From Dawn Like Thunder (Annotated): The Barbary Wars and the Birth of the U.S. Navy, by Glenn Tucker (Corsair Books, 2019), Kindle Loc. ~1150ff:
When Jefferson went to London in company with John Adams to meet the ambassador of Tripoli, Abdurrahman, he found that this least powerful of the Barbary regencies wanted an aggregate of $160,000 from the United States.
The Ambassador thought Tunis would settle for the same tribute.
The cost for all four of the Barbary States probably would be a million dollars, a figure later considerably increased. The ineffectual Congress which operated under the Articles of Confederation had difficulty in raising any kind of money from the states and had no powers of direct taxation.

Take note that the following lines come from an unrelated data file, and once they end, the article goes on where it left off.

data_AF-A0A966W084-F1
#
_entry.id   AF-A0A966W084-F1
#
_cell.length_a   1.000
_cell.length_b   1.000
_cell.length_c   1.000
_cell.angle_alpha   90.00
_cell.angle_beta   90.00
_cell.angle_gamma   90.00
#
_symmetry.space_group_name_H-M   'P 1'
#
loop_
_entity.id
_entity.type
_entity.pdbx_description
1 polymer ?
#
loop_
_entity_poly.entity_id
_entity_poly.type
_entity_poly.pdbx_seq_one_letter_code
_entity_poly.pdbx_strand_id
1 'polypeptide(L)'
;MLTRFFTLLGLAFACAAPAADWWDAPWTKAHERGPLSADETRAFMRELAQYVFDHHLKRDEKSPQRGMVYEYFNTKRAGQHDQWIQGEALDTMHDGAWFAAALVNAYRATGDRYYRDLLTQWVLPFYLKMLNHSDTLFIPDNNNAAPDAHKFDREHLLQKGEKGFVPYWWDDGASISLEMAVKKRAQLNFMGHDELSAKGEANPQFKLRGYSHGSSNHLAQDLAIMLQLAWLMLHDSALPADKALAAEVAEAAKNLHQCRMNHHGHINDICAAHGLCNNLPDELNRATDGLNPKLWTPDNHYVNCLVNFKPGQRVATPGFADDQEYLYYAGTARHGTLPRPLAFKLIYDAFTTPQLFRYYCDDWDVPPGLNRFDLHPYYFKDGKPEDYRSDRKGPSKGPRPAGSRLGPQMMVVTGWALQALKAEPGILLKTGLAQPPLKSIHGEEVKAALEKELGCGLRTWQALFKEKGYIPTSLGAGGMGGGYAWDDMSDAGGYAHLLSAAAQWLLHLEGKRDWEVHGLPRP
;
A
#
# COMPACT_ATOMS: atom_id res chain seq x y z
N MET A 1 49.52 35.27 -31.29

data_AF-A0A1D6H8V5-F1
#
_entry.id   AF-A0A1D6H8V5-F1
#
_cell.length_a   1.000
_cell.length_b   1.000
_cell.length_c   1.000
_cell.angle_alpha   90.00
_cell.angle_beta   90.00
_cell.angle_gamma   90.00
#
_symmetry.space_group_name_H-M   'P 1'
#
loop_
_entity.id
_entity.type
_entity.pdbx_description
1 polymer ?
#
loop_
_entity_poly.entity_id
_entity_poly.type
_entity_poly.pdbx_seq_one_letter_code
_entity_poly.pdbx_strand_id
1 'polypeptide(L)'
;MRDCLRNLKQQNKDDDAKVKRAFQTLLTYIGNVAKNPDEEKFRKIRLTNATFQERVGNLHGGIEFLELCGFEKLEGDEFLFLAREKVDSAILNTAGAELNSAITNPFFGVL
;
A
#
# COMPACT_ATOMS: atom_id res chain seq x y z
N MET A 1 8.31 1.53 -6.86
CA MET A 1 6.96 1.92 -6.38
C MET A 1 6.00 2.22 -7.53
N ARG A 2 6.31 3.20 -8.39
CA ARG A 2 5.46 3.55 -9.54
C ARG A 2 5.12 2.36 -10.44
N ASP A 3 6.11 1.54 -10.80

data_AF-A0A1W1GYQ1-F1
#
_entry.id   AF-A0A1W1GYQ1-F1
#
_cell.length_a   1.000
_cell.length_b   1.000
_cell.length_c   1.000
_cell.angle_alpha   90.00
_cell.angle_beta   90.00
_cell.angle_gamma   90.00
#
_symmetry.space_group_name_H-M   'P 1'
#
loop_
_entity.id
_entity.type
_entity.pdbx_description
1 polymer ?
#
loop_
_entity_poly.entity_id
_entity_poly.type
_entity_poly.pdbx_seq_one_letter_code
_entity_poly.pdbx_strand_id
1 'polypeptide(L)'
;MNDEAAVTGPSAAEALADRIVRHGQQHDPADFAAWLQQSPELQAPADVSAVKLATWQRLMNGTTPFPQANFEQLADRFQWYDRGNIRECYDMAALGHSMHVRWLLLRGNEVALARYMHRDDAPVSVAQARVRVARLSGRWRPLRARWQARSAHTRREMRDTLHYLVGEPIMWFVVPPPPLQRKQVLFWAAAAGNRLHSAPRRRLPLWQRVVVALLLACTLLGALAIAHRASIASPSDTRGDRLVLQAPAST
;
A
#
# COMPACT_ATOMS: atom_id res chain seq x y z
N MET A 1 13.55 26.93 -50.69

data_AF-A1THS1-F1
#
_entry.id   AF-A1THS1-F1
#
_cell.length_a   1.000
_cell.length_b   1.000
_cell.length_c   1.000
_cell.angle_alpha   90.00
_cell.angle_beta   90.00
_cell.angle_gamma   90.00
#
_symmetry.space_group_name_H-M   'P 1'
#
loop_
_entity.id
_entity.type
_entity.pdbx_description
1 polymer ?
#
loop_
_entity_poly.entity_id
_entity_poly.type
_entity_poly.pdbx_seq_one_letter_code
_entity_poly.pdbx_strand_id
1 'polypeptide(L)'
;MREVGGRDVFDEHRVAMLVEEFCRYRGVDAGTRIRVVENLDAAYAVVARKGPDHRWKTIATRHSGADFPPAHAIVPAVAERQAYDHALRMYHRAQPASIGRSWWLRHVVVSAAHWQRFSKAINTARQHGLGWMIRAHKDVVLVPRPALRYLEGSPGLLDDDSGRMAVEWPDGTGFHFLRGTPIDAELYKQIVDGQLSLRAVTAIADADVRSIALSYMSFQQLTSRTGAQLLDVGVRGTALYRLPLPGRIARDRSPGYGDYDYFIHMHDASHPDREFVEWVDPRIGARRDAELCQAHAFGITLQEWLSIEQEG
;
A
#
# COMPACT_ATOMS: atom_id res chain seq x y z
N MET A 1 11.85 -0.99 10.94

The request for a million dollars was fantastic. Jefferson was in no temper to pay it even if the money came easily. He rejected it forthwith. What the expected tribute amounted to may be understood better by a comparison with present-day expenditures.
The cost of the federal government for the first ten years under the Constitution, from 1789 to 1800, was roughly $5,775,000 a year. That was the average. The proposed tribute of one million dollars would have aggregated more than one-sixth of the entire federal expenditure.
It would have been tantamount proportionally to fifteen billion dollars of federal expenditures in 1963, at a time when money is much easier to procure by taxation than it was in 1786.